Republicans logged a lot of wins in McLean County Tuesday night.
Congressman Rodney Davis cinched a closely-watched race. County-wide officeholders fended off Democratic challengers. The county board held a Republican majority, despite efforts for a potential Blue Wave.
McLean County Republican Party Chair Connie Beard said voter turnout was the major game-changer.
“I think it was obviously a very driven effort from both parties to get out the vote,” Beard said. “Of course, having the presidential election helped. But aside from that, there was still very much of a heightened interest in the local elections, more so than I have seen in a while.”
Republican areas of McLean County had marginally higher voter turnout than Democratic strongholds. Election authorities report overall turnout was about 75.5% of registered voters. But it was about a percentage point lower in Bloomington, which tends to run blue, than in the red rural parts of the county.
Republicans didn’t get everything they wanted, Beard noted. Democrats picked up one seat on the county board and possibly a second, with the contest in District 7 divided by less than 12 votes. Democrats also hope District 9 could flip, but the margin in that race is around 500 votes.
Beard said all of the candidates in those hard-fought races campaigned on what they thought was right for the future of McLean County.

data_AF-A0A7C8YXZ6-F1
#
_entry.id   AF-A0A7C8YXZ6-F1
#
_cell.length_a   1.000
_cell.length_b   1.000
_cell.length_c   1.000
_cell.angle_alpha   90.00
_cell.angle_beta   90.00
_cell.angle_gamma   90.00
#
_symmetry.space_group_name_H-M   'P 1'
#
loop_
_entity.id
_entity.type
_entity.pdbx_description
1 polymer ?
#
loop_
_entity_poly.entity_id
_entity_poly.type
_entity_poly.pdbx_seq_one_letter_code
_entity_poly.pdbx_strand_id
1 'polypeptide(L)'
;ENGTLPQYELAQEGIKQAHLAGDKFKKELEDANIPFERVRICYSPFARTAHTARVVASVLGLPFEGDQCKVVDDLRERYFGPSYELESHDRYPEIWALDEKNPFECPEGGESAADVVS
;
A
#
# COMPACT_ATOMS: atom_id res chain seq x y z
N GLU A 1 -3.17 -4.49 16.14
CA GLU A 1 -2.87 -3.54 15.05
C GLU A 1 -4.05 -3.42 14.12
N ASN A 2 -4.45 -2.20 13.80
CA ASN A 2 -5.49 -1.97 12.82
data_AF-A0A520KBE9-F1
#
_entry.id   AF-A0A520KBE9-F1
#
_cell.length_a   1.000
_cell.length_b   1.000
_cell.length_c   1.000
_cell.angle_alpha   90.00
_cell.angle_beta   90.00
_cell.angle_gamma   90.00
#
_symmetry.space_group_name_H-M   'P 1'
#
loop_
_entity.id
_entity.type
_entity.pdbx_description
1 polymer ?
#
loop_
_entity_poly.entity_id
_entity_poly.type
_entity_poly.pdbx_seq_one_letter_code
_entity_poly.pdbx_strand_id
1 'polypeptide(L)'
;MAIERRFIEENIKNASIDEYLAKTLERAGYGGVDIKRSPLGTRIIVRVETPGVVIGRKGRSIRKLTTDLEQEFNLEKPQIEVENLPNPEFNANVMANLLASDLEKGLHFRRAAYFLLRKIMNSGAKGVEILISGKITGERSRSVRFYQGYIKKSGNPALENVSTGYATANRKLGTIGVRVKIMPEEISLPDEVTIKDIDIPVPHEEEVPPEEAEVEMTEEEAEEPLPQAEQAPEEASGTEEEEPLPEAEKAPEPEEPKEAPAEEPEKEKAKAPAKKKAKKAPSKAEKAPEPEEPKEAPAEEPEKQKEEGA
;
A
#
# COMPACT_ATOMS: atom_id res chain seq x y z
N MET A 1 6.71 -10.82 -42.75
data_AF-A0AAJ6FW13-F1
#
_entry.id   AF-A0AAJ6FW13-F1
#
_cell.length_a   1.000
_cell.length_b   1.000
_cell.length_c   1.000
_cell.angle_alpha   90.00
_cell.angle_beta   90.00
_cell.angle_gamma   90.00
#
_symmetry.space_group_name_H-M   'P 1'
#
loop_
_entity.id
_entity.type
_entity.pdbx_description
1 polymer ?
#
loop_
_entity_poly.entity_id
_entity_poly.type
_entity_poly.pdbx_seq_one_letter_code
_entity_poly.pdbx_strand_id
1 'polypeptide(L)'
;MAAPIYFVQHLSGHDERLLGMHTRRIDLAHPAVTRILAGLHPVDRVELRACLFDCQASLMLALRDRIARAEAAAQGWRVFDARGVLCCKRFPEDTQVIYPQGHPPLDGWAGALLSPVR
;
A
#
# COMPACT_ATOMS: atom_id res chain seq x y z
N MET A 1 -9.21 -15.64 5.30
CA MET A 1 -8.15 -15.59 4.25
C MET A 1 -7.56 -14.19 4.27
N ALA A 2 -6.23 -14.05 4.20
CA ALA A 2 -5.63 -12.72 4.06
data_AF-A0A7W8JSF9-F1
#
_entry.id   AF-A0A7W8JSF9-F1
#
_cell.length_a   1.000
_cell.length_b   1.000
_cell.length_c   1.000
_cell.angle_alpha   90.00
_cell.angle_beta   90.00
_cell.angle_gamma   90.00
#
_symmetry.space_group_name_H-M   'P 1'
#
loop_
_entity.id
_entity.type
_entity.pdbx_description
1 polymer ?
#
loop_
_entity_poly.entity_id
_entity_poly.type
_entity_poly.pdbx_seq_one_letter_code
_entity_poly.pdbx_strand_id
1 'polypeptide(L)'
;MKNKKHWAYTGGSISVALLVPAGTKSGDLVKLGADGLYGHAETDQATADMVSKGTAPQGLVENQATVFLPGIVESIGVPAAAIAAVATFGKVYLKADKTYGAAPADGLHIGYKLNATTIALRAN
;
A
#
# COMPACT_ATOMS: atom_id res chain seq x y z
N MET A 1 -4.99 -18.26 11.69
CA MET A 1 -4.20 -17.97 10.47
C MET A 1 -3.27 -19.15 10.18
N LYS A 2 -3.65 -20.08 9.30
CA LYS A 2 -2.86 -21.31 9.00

“They ran good races that didn't get into the mud or the dirt or anything like that. They just ran on the principles of the party,” she said. “I'm proud of them all.”
Beard said of all the victories, the rejection of Gov. JB Pritzker’s graduated income tax amendment was the most energizing.
Only about 45% of voters in McLean County and statewide supported the measure. Beard said that means even Democrats are willing to break away from Pritzker.
“Even the Democrat voters had to come together and say, ‘This is not what we want,’” she said. “That kind of gives you hope that maybe there's still some voters in the state that are not lockstep with what their Democratic leadership wants.”
Beard said that sets the tone for an aggressive push to replace Pritzker when he's up for reelection.
“There’s a lot of dissatisfaction with our current governor. The groundwork has been laid for a significant challenge in 2022, I think,” she said. “He should be concerned.”
Beard said the state's COVID-19 response, including the restrictions that took effect on Wednesday, also makes Pritzker a target.
While it may seem too early to be thinking about the gubernatorial election, Beard said, challengers will start to emerge next year.
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